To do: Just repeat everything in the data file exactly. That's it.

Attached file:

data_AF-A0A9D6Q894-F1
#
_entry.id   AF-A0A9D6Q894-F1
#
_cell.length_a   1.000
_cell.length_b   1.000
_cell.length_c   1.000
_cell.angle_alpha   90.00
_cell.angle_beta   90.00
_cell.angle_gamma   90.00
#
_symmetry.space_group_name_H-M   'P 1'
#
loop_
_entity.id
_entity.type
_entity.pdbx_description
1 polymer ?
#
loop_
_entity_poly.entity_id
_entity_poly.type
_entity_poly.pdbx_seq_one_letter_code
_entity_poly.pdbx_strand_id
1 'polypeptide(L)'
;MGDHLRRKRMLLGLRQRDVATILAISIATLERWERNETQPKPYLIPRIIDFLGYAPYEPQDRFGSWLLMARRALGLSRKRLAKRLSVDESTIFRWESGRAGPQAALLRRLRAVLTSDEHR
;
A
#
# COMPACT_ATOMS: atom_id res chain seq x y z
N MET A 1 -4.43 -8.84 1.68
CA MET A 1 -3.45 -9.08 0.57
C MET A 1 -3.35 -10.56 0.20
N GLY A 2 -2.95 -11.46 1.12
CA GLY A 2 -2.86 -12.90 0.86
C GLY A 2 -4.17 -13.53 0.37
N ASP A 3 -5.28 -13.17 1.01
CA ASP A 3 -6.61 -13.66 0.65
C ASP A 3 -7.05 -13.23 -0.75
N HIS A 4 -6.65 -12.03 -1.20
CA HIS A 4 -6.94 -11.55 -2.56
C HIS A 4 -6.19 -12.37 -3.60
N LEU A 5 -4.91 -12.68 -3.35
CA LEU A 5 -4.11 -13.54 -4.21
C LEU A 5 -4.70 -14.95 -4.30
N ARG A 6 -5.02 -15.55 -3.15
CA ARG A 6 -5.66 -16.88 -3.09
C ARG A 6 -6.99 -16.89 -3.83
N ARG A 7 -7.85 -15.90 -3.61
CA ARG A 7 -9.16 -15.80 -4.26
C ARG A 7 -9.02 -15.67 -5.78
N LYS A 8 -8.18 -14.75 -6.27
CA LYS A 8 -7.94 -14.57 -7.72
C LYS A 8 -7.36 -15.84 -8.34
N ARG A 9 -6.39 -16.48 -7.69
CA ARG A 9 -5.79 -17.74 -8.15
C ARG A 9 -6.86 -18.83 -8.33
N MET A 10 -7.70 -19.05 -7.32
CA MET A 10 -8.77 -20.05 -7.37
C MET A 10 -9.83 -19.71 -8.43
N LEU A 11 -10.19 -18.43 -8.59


data_AF-A0A9D6Q894-F1
#
_entry.id   AF-A0A9D6Q894-F1
#
_cell.length_a   1.000
_cell.length_b   1.000
_cell.length_c   1.000
_cell.angle_alpha   90.00
_cell.angle_beta   90.00
_cell.angle_gamma   90.00
#
_symmetry.space_group_name_H-M   'P 1'
#
loop_
_entity.id
_entity.type
_entity.pdbx_description
1 polymer ?
#
loop_
_entity_poly.entity_id
_entity_poly.type
_entity_poly.pdbx_seq_one_letter_code
_entity_poly.pdbx_strand_id
1 'polypeptide(L)'
;MGDHLRRKRMLLGLRQRDVATILAISIATLERWERNETQPKPYLIPRIIDFLGYAPYEPQDRFGSWLLMARRALGLSRKRLAKRLSVDESTIFRWESGRAGPQAALLRRLRAVLTSDEHR
;
A
#
# COMPACT_ATOMS: atom_id res chain seq x y z
N MET A 1 -4.43 -8.84 1.68
CA MET A 1 -3.45 -9.08 0.57
C MET A 1 -3.35 -10.56 0.20
N GLY A 2 -2.95 -11.46 1.12
CA GLY A 2 -2.86 -12.90 0.86
C GLY A 2 -4.17 -13.53 0.37
N ASP A 3 -5.28 -13.17 1.01
CA ASP A 3 -6.61 -13.66 0.65
C ASP A 3 -7.05 -13.23 -0.75
N HIS A 4 -6.65 -12.03 -1.20
CA HIS A 4 -6.94 -11.55 -2.56
C HIS A 4 -6.19 -12.37 -3.60
N LEU A 5 -4.91 -12.68 -3.35
CA LEU A 5 -4.11 -13.54 -4.21
C LEU A 5 -4.70 -14.95 -4.30
N ARG A 6 -5.02 -15.55 -3.15
CA ARG A 6 -5.66 -16.88 -3.09
C ARG A 6 -6.99 -16.89 -3.83
N ARG A 7 -7.85 -15.90 -3.61
CA ARG A 7 -9.16 -15.80 -4.26
C ARG A 7 -9.02 -15.67 -5.78
N LYS A 8 -8.18 -14.75 -6.27
CA LYS A 8 -7.94 -14.57 -7.72
C LYS A 8 -7.36 -15.84 -8.34
N ARG A 9 -6.39 -16.48 -7.69
CA ARG A 9 -5.79 -17.74 -8.15
C ARG A 9 -6.86 -18.83 -8.33
N MET A 10 -7.70 -19.05 -7.32
CA MET A 10 -8.77 -20.05 -7.37
C MET A 10 -9.83 -19.71 -8.43
N LEU A 11 -10.19 -18.43 -8.59